Le pic de masse osseuse: realites et incertitudes. [Peak bone mass: facts and uncertainties]

Détails

ID Serval
serval:BIB_316133F5CE88
Type
Article: article d'un périodique ou d'un magazine.
Sous-type
Synthèse (review): revue aussi complète que possible des connaissances sur un sujet, rédigée à partir de l'analyse exhaustive des travaux publiés.
Collection
Publications
Institution
Titre
Le pic de masse osseuse: realites et incertitudes. [Peak bone mass: facts and uncertainties]
Périodique
Archives de Pediatrie
Auteur(s)
Bonjour  J. P., Theintz  G., Law  F., Slosman  D., Rizzoli  R.
ISSN
0929-693X (Print)
Statut éditorial
Publié
Date de publication
05/1995
Volume
2
Numéro
5
Pages
460-8
Notes
English Abstract
Journal Article
Research Support, Non-U.S. Gov't
Review --- Old month value: May
Résumé
Peak bone mass, which can be defined as the amount of bony tissue present at the end of the skeletal maturation, is an important determinant of osteoporotic fracture risk in adulthood. The techniques of single or dual energy absorptiometry measure the so-called "areal" or "surface" bone mineral density (BMD), a variable which has been shown to be directly related to bone strength. During puberty the gender difference in bone mass becomes expressed. This difference appears to be essentially due to a more prolonged bone maturation period in males than in females, with a larger increase in bone size and cortical thickness, as there is no significant sex difference in the volumetric trabecular density at the end of pubertal maturation. At the beginning of the 3rd decade, there is a large variability in the normal values of areal BMD in axial and appendicular skeleton. This large variance, which is observed at sites particularly susceptible to osteoporotic fractures in adulthood, such as lumbar spine and femoral neck, is barely reduced after correction for statural height, and does not appear to substantially increase during adult life. It is generally accepted that peak bone mass at any skeletal site is attained in both sexes during the mid-thirties. However, recent studies indicate that in healthy caucasian females, bone mass accumulation can virtually be completed before the end of the second decade, for both lumbar spine and femoral neck. Several variables are supposed to influence bone mass accumulation during growth: heredity, sex, diet components, endocrine factors, mechanical forces, and exposure to risk factors.(ABSTRACT TRUNCATED AT 250 WORDS)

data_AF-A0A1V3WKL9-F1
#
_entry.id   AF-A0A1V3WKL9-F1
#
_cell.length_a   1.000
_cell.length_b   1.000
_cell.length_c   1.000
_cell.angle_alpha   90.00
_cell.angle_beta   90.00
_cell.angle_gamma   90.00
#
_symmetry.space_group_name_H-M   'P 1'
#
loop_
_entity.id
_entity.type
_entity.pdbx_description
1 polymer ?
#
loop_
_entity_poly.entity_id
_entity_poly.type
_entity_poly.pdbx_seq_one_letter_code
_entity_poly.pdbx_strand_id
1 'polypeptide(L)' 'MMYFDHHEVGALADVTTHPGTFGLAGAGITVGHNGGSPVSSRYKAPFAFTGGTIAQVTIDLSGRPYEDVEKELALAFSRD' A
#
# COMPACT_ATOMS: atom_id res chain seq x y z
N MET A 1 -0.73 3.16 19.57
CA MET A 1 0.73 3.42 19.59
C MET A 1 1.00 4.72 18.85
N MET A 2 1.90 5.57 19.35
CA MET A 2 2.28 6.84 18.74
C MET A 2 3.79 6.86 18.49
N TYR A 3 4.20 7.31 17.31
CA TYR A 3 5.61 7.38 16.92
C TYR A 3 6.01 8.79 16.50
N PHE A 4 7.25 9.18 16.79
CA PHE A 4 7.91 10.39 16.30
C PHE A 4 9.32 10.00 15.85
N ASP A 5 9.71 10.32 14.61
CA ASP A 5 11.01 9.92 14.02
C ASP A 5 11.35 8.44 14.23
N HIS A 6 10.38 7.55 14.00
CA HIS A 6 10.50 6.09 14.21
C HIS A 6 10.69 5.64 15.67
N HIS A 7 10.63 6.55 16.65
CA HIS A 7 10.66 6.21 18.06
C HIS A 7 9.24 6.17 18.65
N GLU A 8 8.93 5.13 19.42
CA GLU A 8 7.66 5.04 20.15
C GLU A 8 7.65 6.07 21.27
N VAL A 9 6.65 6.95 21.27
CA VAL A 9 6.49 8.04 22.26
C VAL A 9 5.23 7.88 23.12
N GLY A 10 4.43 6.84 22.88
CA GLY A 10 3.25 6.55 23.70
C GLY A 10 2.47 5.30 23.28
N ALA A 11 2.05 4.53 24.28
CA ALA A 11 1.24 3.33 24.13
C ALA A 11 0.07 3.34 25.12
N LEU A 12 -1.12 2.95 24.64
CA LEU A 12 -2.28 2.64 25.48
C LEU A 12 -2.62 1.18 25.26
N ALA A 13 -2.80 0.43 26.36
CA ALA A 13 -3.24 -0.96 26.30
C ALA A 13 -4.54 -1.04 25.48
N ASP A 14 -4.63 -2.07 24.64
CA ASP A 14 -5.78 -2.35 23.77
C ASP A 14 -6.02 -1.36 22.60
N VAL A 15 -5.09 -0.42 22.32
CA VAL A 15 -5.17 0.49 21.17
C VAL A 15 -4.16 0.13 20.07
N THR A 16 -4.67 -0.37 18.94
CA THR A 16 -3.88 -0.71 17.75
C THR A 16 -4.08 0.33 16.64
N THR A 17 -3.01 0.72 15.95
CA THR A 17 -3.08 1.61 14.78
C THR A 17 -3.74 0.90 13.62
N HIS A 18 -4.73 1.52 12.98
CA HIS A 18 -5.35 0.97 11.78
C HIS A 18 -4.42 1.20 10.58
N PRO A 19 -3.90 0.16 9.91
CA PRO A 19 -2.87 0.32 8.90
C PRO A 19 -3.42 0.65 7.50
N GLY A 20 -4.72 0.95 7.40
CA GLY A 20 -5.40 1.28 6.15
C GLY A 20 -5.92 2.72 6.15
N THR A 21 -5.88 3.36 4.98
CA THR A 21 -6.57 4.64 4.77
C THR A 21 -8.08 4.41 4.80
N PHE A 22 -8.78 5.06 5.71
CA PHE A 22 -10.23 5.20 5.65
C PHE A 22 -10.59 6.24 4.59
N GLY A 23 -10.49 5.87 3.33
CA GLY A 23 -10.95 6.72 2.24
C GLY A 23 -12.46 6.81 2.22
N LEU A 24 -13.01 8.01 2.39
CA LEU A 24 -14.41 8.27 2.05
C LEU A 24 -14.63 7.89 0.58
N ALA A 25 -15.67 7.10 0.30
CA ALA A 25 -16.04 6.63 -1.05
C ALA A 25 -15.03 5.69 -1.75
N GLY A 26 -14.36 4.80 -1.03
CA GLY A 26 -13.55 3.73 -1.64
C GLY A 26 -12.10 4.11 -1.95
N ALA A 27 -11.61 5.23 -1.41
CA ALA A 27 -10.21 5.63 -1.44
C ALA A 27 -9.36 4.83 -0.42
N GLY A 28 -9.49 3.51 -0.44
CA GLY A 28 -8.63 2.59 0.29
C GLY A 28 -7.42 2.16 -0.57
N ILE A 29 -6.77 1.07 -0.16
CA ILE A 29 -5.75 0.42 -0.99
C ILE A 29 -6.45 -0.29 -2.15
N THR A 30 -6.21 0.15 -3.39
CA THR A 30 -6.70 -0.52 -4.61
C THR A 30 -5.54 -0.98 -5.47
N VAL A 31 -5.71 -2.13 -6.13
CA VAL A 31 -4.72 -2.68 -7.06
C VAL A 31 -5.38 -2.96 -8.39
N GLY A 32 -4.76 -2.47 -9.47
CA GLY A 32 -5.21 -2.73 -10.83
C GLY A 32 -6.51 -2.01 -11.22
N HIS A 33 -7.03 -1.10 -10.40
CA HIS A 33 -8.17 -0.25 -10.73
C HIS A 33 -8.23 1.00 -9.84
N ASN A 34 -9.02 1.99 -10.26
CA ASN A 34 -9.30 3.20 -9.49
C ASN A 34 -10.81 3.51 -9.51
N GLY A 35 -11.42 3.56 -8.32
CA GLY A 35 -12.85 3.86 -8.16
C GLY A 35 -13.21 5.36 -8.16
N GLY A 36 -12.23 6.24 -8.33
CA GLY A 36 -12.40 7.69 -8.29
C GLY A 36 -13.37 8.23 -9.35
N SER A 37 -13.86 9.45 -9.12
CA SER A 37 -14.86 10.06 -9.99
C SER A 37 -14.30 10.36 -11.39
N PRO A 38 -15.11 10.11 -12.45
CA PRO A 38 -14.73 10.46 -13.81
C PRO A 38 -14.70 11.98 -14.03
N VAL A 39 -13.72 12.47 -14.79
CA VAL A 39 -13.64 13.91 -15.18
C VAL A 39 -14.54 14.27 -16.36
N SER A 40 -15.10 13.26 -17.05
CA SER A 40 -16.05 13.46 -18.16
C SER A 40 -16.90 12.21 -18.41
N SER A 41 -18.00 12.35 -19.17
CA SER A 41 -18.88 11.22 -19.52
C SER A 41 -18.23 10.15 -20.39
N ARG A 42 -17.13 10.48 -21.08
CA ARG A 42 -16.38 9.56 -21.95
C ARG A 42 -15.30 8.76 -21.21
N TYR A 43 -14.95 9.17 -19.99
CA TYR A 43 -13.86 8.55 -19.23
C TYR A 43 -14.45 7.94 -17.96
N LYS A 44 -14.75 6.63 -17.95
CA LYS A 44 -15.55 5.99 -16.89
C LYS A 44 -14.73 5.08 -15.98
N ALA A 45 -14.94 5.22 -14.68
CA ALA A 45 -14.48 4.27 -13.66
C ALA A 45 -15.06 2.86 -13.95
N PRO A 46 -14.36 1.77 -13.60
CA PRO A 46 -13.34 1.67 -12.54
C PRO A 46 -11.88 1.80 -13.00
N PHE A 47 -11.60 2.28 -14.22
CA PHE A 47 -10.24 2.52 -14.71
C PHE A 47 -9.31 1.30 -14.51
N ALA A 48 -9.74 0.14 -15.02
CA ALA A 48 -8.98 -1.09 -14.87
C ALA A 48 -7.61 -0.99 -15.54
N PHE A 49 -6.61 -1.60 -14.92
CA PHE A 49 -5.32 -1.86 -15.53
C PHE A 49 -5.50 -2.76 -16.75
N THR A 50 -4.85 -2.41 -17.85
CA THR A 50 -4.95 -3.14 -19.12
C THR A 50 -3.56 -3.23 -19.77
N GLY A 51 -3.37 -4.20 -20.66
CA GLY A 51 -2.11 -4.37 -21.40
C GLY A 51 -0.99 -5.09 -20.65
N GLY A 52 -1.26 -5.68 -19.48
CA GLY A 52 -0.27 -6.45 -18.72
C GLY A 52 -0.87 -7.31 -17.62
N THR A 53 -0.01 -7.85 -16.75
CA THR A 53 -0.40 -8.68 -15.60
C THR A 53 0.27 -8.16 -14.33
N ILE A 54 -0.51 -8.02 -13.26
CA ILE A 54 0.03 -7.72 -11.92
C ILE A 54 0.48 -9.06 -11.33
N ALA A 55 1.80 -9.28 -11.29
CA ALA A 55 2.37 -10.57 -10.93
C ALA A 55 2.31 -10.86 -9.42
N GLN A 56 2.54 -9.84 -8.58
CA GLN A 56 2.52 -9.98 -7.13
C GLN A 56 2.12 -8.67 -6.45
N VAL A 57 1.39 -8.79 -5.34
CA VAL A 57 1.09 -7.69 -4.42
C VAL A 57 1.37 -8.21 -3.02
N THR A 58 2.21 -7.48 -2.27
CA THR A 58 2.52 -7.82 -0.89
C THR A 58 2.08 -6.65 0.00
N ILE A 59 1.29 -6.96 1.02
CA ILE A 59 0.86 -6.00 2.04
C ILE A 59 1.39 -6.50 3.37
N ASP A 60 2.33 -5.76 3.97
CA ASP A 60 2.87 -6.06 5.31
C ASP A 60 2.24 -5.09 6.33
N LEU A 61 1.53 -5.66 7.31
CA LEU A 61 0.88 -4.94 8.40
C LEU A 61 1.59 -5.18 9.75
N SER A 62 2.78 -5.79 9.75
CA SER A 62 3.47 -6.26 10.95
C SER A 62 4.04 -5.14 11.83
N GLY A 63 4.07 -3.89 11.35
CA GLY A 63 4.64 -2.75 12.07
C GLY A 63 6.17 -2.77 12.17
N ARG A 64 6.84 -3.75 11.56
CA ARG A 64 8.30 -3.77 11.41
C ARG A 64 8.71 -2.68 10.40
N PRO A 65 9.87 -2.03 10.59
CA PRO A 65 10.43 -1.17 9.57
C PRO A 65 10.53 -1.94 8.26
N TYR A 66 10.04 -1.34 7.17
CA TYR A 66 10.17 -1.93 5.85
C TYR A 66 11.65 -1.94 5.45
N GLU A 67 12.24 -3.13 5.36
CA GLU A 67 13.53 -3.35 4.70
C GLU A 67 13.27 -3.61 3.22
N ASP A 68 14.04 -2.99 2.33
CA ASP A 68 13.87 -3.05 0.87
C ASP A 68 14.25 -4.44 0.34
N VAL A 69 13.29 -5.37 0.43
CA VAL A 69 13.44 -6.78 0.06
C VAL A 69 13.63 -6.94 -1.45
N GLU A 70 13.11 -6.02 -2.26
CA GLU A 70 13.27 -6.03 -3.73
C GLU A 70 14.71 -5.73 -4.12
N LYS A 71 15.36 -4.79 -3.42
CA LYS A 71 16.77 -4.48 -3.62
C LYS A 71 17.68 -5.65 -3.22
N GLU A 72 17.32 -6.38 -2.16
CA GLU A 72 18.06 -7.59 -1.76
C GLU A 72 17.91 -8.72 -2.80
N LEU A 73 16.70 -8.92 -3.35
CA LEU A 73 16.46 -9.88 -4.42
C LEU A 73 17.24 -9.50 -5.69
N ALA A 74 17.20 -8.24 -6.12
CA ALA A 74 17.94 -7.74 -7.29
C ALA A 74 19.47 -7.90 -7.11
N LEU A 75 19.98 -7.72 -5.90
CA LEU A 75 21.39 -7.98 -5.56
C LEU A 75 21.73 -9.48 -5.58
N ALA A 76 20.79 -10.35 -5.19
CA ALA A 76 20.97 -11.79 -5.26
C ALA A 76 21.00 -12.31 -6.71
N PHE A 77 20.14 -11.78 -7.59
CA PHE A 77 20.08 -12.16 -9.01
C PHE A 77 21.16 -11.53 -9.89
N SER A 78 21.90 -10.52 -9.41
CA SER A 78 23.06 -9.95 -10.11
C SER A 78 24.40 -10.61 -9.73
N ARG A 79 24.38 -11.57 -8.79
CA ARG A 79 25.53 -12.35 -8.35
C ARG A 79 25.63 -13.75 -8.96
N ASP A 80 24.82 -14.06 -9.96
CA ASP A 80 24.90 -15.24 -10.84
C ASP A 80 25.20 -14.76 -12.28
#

Mots-clé
Adolescent Adult Age Factors Aged *Bone Density/genetics/physiology Female Humans Male Middle Aged Puberty/physiology Sex Factors
Pubmed
Web of science
Création de la notice
25/01/2008 10:30
Dernière modification de la notice
20/08/2019 13:16
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